2. I'm an out-of-practice musician. You may have noticed that all my baby horses have musical names (Canticle, Madrigal, Adagio, Brioso, Jubilate, for instance). Also, come to think of it, my blog title and farm name. Before we moved here to E-burg, I was "praise team leader" in our little Methodist church, as well as many other retreat and church camp venues. I play rudimentary 12-string guitar and sing with great enthusiasm, mostly on key. It was through this ministry that I met my husband and several of my best friends.
  3. I'm a pretty good writer, but lousy at keeping in touch with my good friends and my family. I think it's because I can't be satisfied with jotting a quick note; when I do write correspondence it tends to be long, drawn-out missives that take a while to compose--often beyond the period they would be relevant to.
  4. Among other things, I can change the u-joints on a 4wd vehicle. This is one of many skills I learned from my first husband, who was very good at many things, but whose arthritis eventually prevented him from actually doing those things--so he taught me how. Self-sufficiency was one thing the jerk gave me (besides my two beautiful children).
  5. I was married to the above mentioned jerk for 15 mostly miserable years: he was a sociopath and pathological liar. It was an experience that contributed to who I am today, but I wouldn't wish it on anyone. I finally had the strength to leave, for the safety of my children.
  6. I earned my living as a cook for many years, having worked my way through college (the first time) as a dining hall flunky. I've been a restaurant prep-cook, nursing home "dietary manager," and a school lunchroom cook (don't blame me for the food!). Although I don't get very extravagant in the kitchen these days, my husband, whose mother didn't hardly cook at all, worships just about anything I make.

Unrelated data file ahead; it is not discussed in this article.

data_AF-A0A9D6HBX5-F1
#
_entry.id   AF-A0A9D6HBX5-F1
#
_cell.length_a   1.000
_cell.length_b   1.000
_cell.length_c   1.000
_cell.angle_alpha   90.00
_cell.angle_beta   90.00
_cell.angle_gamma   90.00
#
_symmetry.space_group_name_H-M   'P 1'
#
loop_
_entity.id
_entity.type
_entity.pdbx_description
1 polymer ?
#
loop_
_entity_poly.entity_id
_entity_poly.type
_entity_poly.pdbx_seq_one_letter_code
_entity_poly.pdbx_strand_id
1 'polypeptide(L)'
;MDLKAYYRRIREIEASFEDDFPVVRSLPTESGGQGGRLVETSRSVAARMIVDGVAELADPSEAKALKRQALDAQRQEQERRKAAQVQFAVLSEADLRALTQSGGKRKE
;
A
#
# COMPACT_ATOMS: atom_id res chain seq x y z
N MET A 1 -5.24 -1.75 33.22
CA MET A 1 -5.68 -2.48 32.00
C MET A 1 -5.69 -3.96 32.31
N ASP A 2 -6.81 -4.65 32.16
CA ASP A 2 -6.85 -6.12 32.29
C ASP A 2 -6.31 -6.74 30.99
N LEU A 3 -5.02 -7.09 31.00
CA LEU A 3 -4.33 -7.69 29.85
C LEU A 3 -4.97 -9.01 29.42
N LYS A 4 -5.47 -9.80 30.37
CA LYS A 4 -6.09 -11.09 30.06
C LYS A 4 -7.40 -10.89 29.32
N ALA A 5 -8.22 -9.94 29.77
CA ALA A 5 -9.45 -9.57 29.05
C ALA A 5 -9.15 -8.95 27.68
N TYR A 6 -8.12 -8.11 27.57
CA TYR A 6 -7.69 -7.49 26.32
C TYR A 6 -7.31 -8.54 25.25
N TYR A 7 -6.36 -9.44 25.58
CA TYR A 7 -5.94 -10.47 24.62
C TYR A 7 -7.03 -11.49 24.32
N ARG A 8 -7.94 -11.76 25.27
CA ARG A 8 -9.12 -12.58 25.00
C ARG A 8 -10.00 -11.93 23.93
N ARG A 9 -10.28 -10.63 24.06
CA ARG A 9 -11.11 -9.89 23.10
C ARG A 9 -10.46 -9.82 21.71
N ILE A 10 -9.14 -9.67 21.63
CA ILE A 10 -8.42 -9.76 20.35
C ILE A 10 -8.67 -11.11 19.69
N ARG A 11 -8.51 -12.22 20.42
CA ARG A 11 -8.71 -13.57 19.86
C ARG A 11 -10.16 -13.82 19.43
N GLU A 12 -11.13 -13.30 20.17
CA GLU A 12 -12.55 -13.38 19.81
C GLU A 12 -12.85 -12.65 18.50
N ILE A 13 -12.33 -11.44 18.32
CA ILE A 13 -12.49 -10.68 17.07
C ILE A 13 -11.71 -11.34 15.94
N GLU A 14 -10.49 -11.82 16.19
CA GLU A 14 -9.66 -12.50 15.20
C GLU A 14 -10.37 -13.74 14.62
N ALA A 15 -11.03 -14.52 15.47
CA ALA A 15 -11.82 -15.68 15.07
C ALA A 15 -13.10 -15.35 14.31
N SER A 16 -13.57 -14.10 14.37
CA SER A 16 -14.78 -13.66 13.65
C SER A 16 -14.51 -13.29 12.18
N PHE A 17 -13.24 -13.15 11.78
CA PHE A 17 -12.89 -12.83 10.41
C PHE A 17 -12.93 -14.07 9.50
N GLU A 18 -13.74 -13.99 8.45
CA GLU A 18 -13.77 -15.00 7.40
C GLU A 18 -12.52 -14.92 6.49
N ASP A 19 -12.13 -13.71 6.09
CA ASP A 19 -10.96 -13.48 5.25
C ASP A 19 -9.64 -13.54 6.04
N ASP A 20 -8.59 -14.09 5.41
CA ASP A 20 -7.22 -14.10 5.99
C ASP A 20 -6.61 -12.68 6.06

7. I consider myself a "Jill-of-all-trades, but a master of none." I don't have the self-discipline or patience to get really good at anything, so I go through life being "pretty good" at a lot of things-- horse training and breeding, music, cooking, designing and building things like barns and houses, counseling kids. I try to think of myself as a "Renaissance woman."
As for Blogs to whom I would like to pass along this award:
This is a hard one, because, as I said, many of my favorites have already been nominated. Most of these come straight from my blog roll, at the side of your screen. But I thought I'd give you a brief idea of what they're about.

Those of a horsie nature include:
  • Life at the 7MSN Ranch--Carson and her sweet donkeys, along with Hank, Wynonna, and the clucking ladies of Lonesome Dove, amide the beautiful skies of New Mexico.
  • Pirates have taken over at Haiku Farm, where Aarene and Fiddle long trot their way through the mountains of the Pacific northwest.
  • Transplanted endurance veterans Lytha and Baasha compare notes on life as a horse crazy American in Germany.
  • I know Roxie has already been nominated, but maybe doing it again will encourage her to post more of her "large and in charge" stories. Her personal accounts were an inspiration for both Maddie and Jackson to do guest blog posts.
  • Retirement is SOOO good at Paradigm Farms in Tennessee, I hope to come back in another life as a horse, just so I can go live with Melissa and Jason.
  • Karen at JK's Rough String Ranch--a real cowgirl ranching in the high country of central Oregon.
  • More adorable New Mexican donkeys are to be found at Morning Bray Ranch.
  • I'm pretty sure Janet at the Mugwump Chronicles has already been nominated, but if you want some great horse training, and great horse training stories, check it out.
  • Don't know what Joe, at Thoroughbred Friends, would think about this award, but his is a good read about the day-to-day struggles of a rescue ranch.
On a less equine theme, these other blogs also highlight animals and their people:
  • The adorable Black Jack takes Carol and Bill on all sorts of bird watching (and photographing!) adventures at Bikes, Birds, and Beasts.
  • The hilarious antics of the WooTwoo, keep the Food Lady jumping. Sophisticated Tweed tries to strike a balance, Dexter incites Piper's Mad Teeth, and beautiful Border Collies abound, all on WooTube (formerly Three Woofs and a Woo).
  • Jean shares her caring Life with the Critters in retirement on an island in British Columbia.
  • Outstanding stories from the wilderness of Alaska from the Vet on the Edge.
And for sheer hilarity:
  • I certainly don't need the calories, but the pastries spotlighted at Cake Wrecks will have you rolling in the powdered sugar!
[Photos are from a kindergarten art project at my school. And some people think we don't need art in the schools!]